Prostate Tumor Size Predicts Salvage Radiotherapy Outcomes



ORLANDO, Fla.—Maximum tumor diameter (MTD) is a significant predictor of prostate cancer (PCa) outcomes following salvage radiation treatment, researchers reported at the annual Genitourinary Cancers Symposium.

They concluded that MDT should be used in clinical decision making in this patient population as well as in future clinical risk assessment tools.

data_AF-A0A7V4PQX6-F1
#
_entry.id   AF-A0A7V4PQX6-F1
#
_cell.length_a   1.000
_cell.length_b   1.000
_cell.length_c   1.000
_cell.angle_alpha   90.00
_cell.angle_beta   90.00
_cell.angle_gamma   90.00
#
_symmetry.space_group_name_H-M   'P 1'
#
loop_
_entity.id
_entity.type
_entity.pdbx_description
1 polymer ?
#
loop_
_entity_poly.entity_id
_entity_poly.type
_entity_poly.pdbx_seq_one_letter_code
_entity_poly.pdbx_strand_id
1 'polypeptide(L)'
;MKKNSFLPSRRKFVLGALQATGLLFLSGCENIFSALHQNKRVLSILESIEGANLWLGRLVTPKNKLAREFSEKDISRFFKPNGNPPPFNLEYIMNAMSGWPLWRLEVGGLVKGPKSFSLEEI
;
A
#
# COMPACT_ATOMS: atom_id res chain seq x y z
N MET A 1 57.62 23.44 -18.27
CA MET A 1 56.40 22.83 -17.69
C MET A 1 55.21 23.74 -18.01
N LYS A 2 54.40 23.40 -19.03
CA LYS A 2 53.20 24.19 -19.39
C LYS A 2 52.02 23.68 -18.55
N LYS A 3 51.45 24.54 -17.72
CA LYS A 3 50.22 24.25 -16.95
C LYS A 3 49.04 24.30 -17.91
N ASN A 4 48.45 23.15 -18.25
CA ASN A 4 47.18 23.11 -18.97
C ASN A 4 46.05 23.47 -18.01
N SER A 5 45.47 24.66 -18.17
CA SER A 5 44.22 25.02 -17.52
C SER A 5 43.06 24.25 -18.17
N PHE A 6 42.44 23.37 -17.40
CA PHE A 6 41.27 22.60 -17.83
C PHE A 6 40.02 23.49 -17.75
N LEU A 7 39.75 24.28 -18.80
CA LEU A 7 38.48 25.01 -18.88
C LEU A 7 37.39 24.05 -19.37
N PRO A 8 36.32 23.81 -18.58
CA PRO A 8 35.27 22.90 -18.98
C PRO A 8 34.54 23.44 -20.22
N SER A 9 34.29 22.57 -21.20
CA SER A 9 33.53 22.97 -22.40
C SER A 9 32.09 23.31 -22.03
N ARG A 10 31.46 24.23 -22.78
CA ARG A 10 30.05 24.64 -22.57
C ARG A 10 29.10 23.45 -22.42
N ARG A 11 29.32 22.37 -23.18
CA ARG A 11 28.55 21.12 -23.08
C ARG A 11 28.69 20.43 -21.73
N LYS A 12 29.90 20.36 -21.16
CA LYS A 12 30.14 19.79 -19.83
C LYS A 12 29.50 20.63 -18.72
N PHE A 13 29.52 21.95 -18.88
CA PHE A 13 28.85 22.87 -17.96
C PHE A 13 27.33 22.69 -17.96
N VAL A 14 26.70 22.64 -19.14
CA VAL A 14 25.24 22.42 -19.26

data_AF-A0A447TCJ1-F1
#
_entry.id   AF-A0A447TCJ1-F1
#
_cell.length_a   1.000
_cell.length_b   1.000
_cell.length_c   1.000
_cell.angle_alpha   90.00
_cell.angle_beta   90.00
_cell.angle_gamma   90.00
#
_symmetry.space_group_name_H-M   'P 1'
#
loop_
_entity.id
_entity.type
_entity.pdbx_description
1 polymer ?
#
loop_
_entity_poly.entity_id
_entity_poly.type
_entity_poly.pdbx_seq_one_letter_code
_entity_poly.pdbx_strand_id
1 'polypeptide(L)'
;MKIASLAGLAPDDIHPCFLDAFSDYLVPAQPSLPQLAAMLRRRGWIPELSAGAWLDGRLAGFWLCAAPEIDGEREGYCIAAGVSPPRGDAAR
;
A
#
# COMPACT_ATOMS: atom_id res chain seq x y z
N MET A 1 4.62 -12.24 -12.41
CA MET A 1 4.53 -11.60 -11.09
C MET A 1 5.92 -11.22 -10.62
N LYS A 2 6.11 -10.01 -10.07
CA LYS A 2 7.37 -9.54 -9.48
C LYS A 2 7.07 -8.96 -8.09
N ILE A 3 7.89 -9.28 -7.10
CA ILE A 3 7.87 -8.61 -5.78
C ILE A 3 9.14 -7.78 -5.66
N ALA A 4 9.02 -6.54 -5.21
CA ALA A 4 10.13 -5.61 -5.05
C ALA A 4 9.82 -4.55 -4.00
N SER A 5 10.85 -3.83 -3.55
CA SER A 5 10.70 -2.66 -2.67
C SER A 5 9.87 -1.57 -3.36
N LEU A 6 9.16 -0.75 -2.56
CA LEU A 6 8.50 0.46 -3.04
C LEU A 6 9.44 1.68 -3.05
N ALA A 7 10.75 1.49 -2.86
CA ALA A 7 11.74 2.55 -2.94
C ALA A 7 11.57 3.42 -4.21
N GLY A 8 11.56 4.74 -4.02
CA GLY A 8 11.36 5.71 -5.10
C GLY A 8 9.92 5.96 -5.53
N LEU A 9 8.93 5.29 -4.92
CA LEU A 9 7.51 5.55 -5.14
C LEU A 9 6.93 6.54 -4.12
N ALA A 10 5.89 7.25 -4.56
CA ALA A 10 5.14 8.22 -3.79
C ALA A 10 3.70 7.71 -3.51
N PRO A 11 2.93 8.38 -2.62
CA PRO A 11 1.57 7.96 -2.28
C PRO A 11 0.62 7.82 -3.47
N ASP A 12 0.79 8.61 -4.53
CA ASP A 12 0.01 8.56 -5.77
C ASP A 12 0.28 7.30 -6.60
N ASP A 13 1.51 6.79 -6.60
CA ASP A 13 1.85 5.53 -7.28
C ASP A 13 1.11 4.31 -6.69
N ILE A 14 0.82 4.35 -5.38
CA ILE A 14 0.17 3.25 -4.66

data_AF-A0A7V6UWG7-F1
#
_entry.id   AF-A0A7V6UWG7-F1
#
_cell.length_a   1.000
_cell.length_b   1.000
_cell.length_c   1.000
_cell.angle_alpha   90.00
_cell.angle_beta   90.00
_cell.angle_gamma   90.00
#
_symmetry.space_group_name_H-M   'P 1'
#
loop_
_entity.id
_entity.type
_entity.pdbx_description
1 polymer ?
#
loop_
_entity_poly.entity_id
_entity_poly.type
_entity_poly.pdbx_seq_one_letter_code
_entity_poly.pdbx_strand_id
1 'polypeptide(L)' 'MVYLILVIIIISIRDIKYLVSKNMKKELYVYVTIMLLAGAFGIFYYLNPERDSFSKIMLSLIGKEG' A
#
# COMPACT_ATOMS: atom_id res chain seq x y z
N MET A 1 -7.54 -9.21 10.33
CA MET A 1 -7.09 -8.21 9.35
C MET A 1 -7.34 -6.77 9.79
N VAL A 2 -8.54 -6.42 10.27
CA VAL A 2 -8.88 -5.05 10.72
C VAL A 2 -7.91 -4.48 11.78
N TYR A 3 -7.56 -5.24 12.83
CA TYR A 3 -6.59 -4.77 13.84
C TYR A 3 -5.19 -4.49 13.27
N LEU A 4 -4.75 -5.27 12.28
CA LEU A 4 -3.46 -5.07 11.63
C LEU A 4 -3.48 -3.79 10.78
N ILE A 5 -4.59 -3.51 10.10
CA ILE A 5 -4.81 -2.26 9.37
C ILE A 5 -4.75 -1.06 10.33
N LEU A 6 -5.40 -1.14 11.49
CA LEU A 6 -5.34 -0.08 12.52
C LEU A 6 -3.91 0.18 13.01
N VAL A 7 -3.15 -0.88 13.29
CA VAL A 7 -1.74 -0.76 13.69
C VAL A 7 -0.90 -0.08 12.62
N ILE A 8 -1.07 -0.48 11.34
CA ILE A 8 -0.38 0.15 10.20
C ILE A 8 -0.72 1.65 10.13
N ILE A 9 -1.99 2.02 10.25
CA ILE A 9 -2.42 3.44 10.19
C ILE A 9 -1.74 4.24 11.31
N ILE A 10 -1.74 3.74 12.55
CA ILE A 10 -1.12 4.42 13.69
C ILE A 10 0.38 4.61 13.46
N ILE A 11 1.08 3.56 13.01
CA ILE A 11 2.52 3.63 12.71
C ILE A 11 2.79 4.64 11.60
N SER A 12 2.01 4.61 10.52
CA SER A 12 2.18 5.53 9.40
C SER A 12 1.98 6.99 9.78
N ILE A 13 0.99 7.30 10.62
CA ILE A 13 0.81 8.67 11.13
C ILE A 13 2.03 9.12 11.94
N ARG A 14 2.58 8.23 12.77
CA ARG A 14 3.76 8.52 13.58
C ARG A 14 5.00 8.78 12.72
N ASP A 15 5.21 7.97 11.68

The study, presented by Skyler B. Johnson, BS, a fourth-year medical student at the University of Michigan in East Lansing, included 173 PCa patients who received salvage radiation therapy following a rising post-radical prostatectomy PSA. The median follow-up was 76.5 months and the median MTD 18 mm. An analysis showed that an MTD of 14 mm was the most prognostic cut-point. An MTD greater than 14 mm was associated with a 1.8-fold, fourfold, and eightfold increased risk of biochemical failure, metastasis, and prostate cancer-specific mortality (PCSM), respectively. Each 10 mm increase in MTD was associated with a 1.7-fold, twofold, and 1.6-fold increased risk of metastasis, PCSM, and overall death, respectively.

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